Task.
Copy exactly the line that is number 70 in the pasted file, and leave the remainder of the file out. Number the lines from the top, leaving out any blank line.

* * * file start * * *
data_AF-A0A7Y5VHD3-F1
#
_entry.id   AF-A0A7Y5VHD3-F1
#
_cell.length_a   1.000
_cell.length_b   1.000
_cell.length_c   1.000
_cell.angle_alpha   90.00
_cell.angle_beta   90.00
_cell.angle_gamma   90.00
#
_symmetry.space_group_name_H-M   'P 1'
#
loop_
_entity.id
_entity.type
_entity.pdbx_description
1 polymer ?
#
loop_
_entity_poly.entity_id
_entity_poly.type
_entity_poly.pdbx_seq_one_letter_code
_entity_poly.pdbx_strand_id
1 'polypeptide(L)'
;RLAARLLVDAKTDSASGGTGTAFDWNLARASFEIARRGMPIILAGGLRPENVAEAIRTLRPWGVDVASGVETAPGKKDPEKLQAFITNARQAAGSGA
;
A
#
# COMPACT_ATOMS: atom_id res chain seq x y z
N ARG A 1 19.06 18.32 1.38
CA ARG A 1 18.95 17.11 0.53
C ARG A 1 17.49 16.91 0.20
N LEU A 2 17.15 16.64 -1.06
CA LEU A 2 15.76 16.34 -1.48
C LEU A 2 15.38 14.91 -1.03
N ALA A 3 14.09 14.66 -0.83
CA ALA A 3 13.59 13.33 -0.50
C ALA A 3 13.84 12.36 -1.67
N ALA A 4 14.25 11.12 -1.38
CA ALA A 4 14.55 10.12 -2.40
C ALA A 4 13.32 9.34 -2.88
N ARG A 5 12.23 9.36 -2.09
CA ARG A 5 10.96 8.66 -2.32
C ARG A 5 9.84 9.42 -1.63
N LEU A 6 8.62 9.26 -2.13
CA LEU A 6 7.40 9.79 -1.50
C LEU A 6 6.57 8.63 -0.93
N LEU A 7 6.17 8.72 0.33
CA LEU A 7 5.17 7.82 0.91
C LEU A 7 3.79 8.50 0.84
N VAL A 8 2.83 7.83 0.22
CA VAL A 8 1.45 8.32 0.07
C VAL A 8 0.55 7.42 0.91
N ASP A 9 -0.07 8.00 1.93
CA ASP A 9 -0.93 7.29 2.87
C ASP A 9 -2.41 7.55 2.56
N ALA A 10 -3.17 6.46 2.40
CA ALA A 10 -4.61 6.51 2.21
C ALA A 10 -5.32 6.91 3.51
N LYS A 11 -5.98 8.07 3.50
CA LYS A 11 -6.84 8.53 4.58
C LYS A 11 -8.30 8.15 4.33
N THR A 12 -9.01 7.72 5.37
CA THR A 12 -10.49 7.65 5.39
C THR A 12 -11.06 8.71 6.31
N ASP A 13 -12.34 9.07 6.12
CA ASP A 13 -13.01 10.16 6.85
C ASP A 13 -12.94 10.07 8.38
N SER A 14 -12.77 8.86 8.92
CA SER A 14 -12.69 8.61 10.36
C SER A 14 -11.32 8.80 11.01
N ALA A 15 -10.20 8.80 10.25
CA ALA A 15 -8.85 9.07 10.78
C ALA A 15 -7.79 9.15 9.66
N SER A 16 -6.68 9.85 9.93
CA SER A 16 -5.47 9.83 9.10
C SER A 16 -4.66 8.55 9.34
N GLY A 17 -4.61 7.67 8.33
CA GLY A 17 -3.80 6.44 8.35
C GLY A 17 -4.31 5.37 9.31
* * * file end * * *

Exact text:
N SER A 14 -12.77 8.86 8.92